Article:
“Taken together, it becomes clear that this pandemic has exacerbated many of the existing inequities in our public education system,” the lawmakers told Cardona. “As such, our response . . . [should focus on] providing the resources schools need to safely reopen and address the learning loss from the past year.”

Despite opposition to resumption of testing from many educators and some in Congress, on March 17 Cardona indicated that his department does not plan to entertain requests to cancel standardized tests this year.


Everything you need to know about the $1.9 trillion stimulus bill

Writing in the New York Times, Ron Lieber and Tara Siegel Bernard report that when President Biden signed the American Rescue Plan on Thursday, his 50th day in office, he signed into law a $1.9 trillion pandemic relief package. The benefits included “another round of stimulus payments, an extension of unemployment benefits, and generous tax breaks to low- and moderate-income people.” Robert Neubecker’s graphic for the Times shows a family afloat on stimulus checks surviving a flood of pandemic disasters.

Whether you share the view of House Speaker Nancy Pelosi that the legislation is, “a remarkable, historic, transformative piece of legislation” or that of Senate Minority Leader Mitch McConnell that it is, “one of the worst pieces of legislation I’ve seen pass here in the time I’ve been in the Senate,” there is no denying the scale and scope of this enactment. It’s hard to get your arms around it, but here, from a variety of sources, are some of the key features of an ambitious enactment aimed at putting vaccines in the arms of the Americans, money into their pockets, students safely back in school, and employers able to safely get their employees back to work:

      • Stimulus payments. Payments of $1,400 for most single recipients with adjusted gross incomes of $75,000 or less; for married couples, with incomes of $150,000 or below.
      • Payments for dependents. For those eligible, identical payments will be made for each of their dependent children, including dependent college students and dependent older relatives. Payments will go to the qualifying taxpayer.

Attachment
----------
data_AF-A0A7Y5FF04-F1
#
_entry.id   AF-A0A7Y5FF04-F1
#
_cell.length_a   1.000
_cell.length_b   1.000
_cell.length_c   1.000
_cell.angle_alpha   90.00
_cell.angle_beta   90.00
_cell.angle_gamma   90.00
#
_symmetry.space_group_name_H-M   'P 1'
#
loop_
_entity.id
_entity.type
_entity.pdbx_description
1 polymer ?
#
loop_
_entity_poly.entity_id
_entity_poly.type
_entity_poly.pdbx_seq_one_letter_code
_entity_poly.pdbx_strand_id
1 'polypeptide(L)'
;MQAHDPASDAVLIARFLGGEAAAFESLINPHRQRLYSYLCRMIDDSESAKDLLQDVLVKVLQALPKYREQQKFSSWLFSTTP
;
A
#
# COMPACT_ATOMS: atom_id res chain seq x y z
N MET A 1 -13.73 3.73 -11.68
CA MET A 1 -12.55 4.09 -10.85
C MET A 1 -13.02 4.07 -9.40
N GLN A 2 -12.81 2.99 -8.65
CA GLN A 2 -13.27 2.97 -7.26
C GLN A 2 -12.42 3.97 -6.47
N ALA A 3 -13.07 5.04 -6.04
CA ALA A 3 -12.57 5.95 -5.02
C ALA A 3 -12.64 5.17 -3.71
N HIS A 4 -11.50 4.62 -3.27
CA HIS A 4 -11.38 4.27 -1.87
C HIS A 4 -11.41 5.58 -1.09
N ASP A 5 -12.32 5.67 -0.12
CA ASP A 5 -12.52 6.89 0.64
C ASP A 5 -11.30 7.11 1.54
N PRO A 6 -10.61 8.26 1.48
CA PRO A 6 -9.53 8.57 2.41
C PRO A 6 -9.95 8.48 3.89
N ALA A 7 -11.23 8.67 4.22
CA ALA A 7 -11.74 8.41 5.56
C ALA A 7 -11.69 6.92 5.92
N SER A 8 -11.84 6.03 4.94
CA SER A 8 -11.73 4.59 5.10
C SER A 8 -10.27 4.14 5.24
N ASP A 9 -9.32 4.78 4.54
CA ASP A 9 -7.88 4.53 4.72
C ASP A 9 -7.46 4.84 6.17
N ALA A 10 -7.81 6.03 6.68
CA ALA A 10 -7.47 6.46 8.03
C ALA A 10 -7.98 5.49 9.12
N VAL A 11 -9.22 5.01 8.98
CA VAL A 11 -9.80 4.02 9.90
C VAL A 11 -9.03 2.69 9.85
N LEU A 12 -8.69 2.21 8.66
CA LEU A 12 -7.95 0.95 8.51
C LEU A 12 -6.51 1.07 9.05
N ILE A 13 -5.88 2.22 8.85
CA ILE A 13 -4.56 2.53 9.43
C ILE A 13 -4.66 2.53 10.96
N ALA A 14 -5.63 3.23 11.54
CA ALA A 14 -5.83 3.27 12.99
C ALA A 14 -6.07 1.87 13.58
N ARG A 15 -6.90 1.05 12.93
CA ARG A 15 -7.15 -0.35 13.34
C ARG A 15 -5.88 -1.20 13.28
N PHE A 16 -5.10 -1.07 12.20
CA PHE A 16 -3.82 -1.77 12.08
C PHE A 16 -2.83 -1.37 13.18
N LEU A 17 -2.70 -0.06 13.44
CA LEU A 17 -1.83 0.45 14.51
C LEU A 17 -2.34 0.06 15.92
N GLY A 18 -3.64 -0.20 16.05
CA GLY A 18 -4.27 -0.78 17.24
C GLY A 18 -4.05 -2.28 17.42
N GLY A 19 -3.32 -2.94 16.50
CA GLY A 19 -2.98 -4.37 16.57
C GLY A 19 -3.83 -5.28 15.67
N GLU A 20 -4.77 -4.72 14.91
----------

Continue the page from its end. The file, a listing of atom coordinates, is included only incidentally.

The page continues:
• Unemployment benefits. For those receiving unemployment benefits, those benefits will be extended through September 6. The weekly supplemental benefit of $300 enacted in an earlier stimulus bill will run through September 6.
      • Health insurance. The federal government will pay COBRA health premiums through September 30 for those who have lost a job. (COBRA permits people who lose a job to buy their previous insurance, while paying 100% of the costs.)
      • Support for children. For one year, the child and dependent care tax credit will increase from $2,000 per eligible child to $3,000 ($3,600 for younger children). Details remain to be worked out, but the intent is for families to receive half the calculated benefit monthly starting in July, with the second half claimed when 2021 tax returns are filed.
      • Housing. $22 billion will be allocated for emergency rental assistance to help those in danger of eviction. Nearly $10 billion is set aside to help homeowners struggling to meet mortgage payments. $5 billion will be used for emergency housing for the homeless.
      • Restaurants and bars. The legislation provides $28.6 billion to funnel aid to independent restaurants and bars with 20 or fewer locations.
      • Pension fund relief. Up to $86 billion will be aimed at extending the life of the existing Pension Benefit Guarantee Corporation (designed to guarantee pension benefits when corporations fail) through the mid-2040’s. Because of massive demands on PBGC in recent years, the corporation was thought to be facing insolvency within five or six years.
      • Sick leave. ARPA extends through September tax breaks for employers who voluntarily provide their employees with paid sick leave if they need to take time off because of the virus.
      • School staff. $130 billion to help K-12 schools hire additional staff to reduce class size, modify spaces and purchase resources to help meet students’ academic and mental health needs.
      • Vaccinating school staff. Meanwhile, President Biden aims to have all school staff vaccinated by the end of March, and all adults eligible for vaccination by May 1, and hopes we will be able to have typical family Independence Day celebrations on July 4.
      • Vaccine Distribution. $20 billion to create a national vaccine distribution program.
      • State and local government assistance. $350 billion in assistance for state, local, and territorial governments (some of which might be applied to schools).
      • Childcare centers. $40 billion aimed at helping childcare centers and supporting essential workers in meeting childcare costs.